For those who make it inside North Korea’s borders, photography is highly restricted and controlled.  The North Korean guides/minders tell you what you can and cannot take photos off. Generally anything connected with the military is a big no/no like many other places in the world.   They also don’t really like you taking images of people individually but groups of people are ok.  You are also hurried from location to location and given very little time to take images.

Some of my images are taken from a moving vehicle – while others are taken at officially permitted places (like the Science Centre or official monuments/museums etc.) where you are accompanied with your 2 official guides.

On many occasions I was asked by them to see my images, which they politely requested to be deleted – which I did immediately in front of them. When I asked them why are you deleting “this one – no military etc.” – their response was “we only want you to take the best pictures possible – please try to take only good pictures” – which I found rather amusing.

Be-Art Magazine: before to go to the country do you make researches or do you go randomly from place to place? Or in other words before leaving do you have a goal?

I spend a hell of a lot of time researching what is out there already: about the countries, the people and the subject matter I want to tackle. Logistics cannot be overlooked, especially when overseas. I look at who is going to help me when I am there, who I am likely to meet with while there and ultimately what story I want to tell. Everything will likely change when you are there, but it’s good to have a thought, an idea, a dream in your mind before you head out.

 

Be-Art Magazine: You have that incredible talent to connect directly with the soul of people how do you do that?

I think it is really quite straightforward – if you show genuine interest and respect of the subject you are with – they will allow you into their world, families and lives.

If they feel threatened or disrespected in any way, you probably won’t be able to take a single image as they will probably politely ask you to leave.

 

Be-Art Magazine: do you organize some kind of staging or never?

My images are never staged unless it is obviously a staged portrait.

There is a quote by Ansel Adams— “Photographers don’t take photographs, they make photographs.” Indeed, a lot of time is spent waiting. I don’t tell somebody, “Why don’t you walk across there and stand right in the middle of those two cows.” That’s not my practice.

In my case, a lot of time is spent waiting for the right moment. But when the patience pays off, I am proud to say to myself that I absolutely nailed it. Of course, it’s important to know what you are looking for so you can make sure to find it. In the end, I have found that making a photograph is about seeing something and having an image in your head and then running around to get the right position, light, components to make it happen.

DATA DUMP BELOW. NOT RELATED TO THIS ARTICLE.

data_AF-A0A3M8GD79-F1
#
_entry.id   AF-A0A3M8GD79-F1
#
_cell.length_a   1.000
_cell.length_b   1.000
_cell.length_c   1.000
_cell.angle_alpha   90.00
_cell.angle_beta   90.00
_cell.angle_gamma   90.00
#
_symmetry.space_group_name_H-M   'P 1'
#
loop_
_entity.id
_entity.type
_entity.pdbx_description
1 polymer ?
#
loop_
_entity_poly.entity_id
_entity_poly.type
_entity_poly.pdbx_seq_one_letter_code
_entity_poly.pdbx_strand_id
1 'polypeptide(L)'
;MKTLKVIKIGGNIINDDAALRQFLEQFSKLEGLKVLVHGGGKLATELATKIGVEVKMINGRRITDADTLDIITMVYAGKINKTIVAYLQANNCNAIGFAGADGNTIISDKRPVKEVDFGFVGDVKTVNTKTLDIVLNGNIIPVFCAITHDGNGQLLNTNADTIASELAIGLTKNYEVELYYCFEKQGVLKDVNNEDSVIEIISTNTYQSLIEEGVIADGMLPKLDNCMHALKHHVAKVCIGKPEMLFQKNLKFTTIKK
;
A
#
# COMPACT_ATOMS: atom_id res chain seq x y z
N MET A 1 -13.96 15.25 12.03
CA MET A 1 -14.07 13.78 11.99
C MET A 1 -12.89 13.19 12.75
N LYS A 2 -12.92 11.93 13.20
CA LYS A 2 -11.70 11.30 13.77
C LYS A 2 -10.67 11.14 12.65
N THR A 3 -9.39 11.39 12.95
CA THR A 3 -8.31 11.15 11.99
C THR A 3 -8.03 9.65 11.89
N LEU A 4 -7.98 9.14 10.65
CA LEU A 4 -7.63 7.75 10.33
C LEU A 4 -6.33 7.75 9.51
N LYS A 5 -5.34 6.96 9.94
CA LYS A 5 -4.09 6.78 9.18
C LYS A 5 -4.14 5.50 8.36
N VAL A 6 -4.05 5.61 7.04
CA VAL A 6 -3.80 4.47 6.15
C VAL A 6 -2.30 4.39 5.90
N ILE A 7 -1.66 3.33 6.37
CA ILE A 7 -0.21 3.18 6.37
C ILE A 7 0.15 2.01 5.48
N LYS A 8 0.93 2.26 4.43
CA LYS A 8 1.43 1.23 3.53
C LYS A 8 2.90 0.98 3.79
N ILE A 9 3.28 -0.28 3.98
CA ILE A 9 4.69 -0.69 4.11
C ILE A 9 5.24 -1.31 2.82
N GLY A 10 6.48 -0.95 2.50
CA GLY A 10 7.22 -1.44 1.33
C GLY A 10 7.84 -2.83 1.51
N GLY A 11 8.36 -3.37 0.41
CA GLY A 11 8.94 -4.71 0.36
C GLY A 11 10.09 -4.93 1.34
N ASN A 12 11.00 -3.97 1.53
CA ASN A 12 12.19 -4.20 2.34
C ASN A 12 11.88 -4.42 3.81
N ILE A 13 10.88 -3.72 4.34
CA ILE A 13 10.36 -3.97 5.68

Be-Art Magazine: what kind of camera do you use?

Canon 5D III
24-70mm lens (98% of my work)
70-200mm lens (used very seldom)

One thing that I think is important to keep in mind, especially when you are starting out: you really do not need lots of equipment! I almost exclusively use one body and one 24-70mm lens. When I take off for a month, my total luggage—including clothes, sleeping bag, camera, lenses, batteries, laptop—weighs less than 10kg. If you want to take a good photograph, it’s about the moment and the light. It’s got nothing to do with your equipment.

 

Be-Art Magazine: no Photoshop?

I shoot in RAW so I do need to post process my files. I try to post process them in such a way which reflects what I saw at the time. As most of my work is published in newspapers and magazines – one is not allowed to manipulate the images by adding or taking out any elements from the scene/image (you can only crop the image if required).

 

Be-Art Magazine: What is your next dream?

To do more each day, to do it better than the previous day, to keep improving my imagery, to show people who can’t travel or see certain places in the world what an amazing world we live in, to show how even though every place is very different – we are all pretty much the same across cultures, boundaries, race and religion. I would like my work to always show the dignity and humanity of the people who kindly allow me to enter their lives – irrespective of their environment.

My final words…Keep it personal. Always keep it honest.  Keep it you. Always be respectful and thankful to the people in your images. They have allowed you to get very close to them and capture an intimate moment from their lives.

 

SEE MORE OF TARIQ ZAIDI:

http://www.tariqzaidi.com/about.html

https://twitter.com/tariqzaidiphoto

https://www.instagram.com/tariqzaidiphoto

https://www.facebook.com/TariqZaidiPhotography